Saturday, January 26, 2019

Weekly Indicators for January 21 - 25 at Seeking Alpha

 - by New Deal democrat

My Weekly Indicators post is up at Seeking Alpha.

The short term and long term forecasts continued to diverge ever so slightly.

As always, clicking over and reading should be educational for you, and helps reward me a little bit for the work I do.

Friday, January 25, 2019

The first cracks in the dam?

 - by New Deal democrat

My post describing the affect of the government shutdown on consumer sentiment, both historically and present, and the first possible crack in consumer spending, is up at Seeking Alpha.

As an aside, both Regional Fed new orders indexes (Richmond and Kansas City), which were soft last month, came in a little softer this month as well.

Thursday, January 24, 2019

Two economic notes on the shutdown

 - by New Deal democrat

The government shutdown is the economic equivalent of sustaining -800,000, or -0.5%, layoffs. The last time we saw that was in the Panic of 2008.

So needless to say, it is very surprising that last week saw fewer official layoffs than at any time since November 1969. On a population-weighted basis, this is an all-time low. This entire behavior of first time jobless claims during this expansion speaks to employers only having hired new workers when there is compelling need. [Note that government workers are merely being “furloughed,” not laid off, so they are not showing up in these statistics.]

While this is undoubtedly good news, one of the two private sources of weekly consumer spending I follow reported only a +0.7% YoY increase in sales last week. Outside of the 2015-16 “shallow industrial recession,” this is the lowest for either of these series during the entire expansion.

I have a more detailed post about consumer spending pending at Seeking Alpha. Once it goes up, I’ll give you a link to hit here.

Wednesday, January 23, 2019

A yield curve paradox

 - by New Deal democrat

I have a new post up at Seeking Alpha.

If the yield curve is close to infallible, with both minimal false negatives and minimal false positives, then what are we to make of a yield curve where one portion inverts, while another portion steadfastly does not invert?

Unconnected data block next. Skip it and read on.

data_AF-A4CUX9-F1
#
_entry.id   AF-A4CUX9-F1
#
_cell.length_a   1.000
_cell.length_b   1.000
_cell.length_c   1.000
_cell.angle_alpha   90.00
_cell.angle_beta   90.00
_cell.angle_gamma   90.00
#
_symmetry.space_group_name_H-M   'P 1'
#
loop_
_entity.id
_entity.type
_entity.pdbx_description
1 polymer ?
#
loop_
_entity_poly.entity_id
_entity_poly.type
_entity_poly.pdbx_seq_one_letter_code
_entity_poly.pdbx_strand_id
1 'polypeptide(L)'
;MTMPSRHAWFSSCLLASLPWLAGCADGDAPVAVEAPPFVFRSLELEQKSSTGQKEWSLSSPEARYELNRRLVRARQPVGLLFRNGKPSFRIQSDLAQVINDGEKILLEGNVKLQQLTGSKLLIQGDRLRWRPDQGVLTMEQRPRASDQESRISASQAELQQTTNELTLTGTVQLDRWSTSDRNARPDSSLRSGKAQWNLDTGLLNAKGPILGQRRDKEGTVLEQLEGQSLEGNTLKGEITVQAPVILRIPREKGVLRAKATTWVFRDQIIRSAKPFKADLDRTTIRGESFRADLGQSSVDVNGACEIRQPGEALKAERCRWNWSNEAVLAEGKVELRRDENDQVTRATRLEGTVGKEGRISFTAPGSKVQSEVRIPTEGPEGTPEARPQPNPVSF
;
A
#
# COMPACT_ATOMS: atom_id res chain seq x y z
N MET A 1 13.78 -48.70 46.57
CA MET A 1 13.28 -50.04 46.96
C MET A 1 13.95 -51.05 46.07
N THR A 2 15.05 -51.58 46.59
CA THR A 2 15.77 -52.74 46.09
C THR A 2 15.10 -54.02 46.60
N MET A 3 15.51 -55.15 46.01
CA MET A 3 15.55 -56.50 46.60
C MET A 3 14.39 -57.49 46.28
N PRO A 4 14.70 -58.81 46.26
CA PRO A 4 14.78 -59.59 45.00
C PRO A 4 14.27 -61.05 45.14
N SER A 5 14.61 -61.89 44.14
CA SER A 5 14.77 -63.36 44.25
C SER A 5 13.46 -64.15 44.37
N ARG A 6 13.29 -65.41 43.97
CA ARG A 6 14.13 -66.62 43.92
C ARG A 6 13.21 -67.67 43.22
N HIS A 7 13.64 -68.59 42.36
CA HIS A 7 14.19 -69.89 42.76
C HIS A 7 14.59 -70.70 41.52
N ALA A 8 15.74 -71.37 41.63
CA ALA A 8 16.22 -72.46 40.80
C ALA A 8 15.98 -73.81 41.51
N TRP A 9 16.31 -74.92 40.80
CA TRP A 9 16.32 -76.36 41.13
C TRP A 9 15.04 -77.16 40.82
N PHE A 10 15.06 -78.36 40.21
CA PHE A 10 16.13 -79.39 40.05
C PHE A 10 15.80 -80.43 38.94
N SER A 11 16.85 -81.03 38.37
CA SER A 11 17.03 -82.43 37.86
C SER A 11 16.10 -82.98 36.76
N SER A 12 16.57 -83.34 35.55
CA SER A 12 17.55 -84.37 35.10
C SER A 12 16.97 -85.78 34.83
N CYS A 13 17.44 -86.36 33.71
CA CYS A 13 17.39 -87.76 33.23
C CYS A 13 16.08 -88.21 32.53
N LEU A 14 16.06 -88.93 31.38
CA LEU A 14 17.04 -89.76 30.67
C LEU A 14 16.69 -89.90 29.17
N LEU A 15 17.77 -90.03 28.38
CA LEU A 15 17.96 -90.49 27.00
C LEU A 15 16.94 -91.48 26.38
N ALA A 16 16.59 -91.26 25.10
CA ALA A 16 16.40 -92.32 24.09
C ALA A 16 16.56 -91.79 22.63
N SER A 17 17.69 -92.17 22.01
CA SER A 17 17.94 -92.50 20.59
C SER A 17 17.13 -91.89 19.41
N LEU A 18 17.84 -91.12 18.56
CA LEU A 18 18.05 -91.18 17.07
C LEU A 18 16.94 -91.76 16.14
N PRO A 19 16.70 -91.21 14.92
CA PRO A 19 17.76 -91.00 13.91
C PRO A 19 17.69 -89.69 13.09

Tuesday, January 22, 2019

At the end of 2018, housing lays an egg

 - by New Deal democrat

Sorry for the lack of posting. Partly it reflects the normal monthly lull in data that occurs around this time, but it also reflects the suspension of some data series, like housing permits and starts, due to the government shutdown. Add to that some traveling and, well, there you have it.
Speaking of the shutdown, normally I don’t pay much attention to existing home sales, but with the lack of other housing data, this is the closest we have to a decent snapshot of the market during December.
This morning the NAR reported that
Existing-home sales ... decreased 6.4 percent from November to a seasonally adjusted rate of 4.99 million in December. Sales are now down 10.3 percent from a year ago (5.56 million in December 2017). 
Lawrence Yun, NAR’s chief economist, sa[id] “The housing market is obviously very sensitive to mortgage rates. Softer sales in December reflected consumer search processes and contract signing activity in previous months when mortgage rates were higher than today. Now, with mortgage rates lower, some revival in home sales is expected going into spring.” 
The median existing-home price for all housing types in December was $253,600, up 2.9 percent from December 2017 ($246,500).
I think Yun is correct here. This was the lowest number of existing sales in 3 years, and the lowest but one month in 4 years. Meanwhile, in the last 4 months of 2018, mortgage rates were at their highest in over 5 years:
while home prices have continued, by most surveys, to increase.
The good news in the report is that the YoY price increase was less than the increase in median household income as reported by Sentier Research for 2018, which makes houses slightly more affordable. And the decline in mortgage rates this month, if it is sustained, should help put a bottom under sales — a plus for the overall economy.